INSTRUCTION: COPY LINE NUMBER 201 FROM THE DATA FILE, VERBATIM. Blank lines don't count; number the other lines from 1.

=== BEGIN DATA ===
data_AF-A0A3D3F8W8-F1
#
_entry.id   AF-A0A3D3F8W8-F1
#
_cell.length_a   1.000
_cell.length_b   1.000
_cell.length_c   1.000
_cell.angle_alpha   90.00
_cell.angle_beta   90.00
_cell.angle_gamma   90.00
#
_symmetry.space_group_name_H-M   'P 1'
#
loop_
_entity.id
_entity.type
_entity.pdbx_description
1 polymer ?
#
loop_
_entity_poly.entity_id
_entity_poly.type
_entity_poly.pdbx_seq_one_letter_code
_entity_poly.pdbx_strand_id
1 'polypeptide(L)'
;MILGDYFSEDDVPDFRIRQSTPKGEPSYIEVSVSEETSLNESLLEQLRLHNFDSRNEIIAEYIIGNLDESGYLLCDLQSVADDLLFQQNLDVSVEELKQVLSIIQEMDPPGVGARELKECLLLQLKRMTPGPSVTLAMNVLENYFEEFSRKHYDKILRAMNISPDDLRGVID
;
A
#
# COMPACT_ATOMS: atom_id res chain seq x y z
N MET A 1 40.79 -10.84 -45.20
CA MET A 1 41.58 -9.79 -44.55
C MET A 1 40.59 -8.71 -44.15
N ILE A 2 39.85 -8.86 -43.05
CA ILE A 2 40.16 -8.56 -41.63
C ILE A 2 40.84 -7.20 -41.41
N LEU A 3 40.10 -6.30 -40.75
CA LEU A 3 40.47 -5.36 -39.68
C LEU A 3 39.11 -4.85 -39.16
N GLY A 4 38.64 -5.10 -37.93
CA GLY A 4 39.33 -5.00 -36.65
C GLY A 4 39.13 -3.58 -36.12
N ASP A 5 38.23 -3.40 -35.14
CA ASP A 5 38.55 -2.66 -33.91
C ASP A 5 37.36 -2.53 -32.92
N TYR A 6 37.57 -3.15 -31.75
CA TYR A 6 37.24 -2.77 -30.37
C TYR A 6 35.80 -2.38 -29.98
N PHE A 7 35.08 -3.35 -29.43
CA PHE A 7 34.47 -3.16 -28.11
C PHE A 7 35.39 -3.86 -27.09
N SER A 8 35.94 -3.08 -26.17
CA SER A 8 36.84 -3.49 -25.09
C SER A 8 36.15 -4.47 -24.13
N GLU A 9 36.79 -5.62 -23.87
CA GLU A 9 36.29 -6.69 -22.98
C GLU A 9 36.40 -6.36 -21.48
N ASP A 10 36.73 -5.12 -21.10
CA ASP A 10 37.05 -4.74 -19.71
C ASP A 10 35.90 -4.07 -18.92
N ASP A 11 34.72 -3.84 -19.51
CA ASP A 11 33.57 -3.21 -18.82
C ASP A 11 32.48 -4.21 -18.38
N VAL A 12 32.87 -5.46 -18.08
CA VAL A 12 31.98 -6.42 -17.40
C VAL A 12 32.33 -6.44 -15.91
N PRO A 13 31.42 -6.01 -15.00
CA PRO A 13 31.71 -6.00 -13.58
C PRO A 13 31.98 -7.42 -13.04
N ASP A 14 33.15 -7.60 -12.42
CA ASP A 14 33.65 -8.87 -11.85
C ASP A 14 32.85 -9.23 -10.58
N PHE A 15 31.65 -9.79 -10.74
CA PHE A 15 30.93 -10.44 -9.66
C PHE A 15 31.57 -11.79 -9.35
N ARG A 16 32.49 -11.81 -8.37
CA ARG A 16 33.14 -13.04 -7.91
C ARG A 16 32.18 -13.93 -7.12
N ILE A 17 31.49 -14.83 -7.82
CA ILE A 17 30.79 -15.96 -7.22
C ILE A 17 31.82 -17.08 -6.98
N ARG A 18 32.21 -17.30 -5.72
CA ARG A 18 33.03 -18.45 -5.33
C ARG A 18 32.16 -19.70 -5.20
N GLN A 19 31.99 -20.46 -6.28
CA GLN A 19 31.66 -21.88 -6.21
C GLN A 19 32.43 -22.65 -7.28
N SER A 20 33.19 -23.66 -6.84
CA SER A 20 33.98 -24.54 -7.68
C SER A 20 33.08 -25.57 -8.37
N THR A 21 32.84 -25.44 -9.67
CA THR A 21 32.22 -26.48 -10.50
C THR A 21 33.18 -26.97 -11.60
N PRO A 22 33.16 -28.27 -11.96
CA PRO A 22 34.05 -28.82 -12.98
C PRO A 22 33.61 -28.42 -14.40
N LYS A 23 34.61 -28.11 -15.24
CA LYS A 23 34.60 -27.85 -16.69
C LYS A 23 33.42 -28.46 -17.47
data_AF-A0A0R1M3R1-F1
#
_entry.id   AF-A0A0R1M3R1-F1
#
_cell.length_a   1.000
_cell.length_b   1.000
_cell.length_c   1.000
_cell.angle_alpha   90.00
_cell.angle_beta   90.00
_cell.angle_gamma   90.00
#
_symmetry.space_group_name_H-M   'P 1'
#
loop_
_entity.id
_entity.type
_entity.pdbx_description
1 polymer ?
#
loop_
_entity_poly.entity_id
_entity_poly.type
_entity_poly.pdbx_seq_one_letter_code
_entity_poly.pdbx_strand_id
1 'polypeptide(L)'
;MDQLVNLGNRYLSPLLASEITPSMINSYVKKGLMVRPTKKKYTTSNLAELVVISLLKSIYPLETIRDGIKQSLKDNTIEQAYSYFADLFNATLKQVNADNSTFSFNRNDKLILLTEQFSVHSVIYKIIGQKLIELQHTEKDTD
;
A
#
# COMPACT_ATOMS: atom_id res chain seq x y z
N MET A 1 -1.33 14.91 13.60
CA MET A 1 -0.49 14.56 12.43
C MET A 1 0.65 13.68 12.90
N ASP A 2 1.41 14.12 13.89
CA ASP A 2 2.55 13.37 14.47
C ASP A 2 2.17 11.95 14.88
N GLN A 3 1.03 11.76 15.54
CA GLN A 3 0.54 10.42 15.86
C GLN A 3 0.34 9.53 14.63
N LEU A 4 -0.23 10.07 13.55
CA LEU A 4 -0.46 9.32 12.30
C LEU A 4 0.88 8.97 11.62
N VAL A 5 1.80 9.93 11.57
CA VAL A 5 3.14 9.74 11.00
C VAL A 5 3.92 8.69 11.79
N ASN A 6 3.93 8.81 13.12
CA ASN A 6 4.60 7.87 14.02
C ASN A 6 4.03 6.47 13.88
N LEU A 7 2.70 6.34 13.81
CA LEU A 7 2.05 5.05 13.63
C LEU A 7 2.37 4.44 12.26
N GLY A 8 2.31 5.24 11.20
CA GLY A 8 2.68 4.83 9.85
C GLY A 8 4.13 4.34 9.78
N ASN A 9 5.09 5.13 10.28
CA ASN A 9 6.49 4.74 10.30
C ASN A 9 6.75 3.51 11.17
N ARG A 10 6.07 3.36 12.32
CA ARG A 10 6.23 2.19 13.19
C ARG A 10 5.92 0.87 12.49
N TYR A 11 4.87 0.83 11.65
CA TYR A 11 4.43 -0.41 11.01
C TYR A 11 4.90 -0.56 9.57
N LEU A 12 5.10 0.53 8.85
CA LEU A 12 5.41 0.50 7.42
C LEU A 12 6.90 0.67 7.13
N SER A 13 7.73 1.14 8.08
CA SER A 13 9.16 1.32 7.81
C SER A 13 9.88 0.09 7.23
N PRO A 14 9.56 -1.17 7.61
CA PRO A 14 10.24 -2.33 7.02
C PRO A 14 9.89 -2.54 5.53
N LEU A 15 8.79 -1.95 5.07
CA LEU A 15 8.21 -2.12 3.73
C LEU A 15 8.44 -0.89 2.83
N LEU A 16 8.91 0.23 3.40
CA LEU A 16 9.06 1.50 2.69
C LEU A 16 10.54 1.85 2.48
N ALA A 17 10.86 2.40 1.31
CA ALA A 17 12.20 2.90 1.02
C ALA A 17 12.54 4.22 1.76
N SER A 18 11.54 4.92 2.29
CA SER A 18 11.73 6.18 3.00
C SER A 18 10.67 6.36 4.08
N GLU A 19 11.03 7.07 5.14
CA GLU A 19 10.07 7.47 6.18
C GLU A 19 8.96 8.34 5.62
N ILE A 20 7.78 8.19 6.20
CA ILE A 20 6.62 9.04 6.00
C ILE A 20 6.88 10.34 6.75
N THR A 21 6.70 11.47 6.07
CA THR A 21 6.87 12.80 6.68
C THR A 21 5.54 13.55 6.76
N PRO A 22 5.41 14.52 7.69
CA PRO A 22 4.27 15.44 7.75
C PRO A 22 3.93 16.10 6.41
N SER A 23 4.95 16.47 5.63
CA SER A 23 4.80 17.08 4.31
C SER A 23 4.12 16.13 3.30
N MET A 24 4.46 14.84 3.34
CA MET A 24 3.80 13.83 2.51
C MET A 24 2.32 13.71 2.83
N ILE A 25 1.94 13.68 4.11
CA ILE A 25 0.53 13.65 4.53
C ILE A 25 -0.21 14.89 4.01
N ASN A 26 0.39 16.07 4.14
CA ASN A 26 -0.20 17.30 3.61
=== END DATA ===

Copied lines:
C MET A 24 2.32 13.71 2.83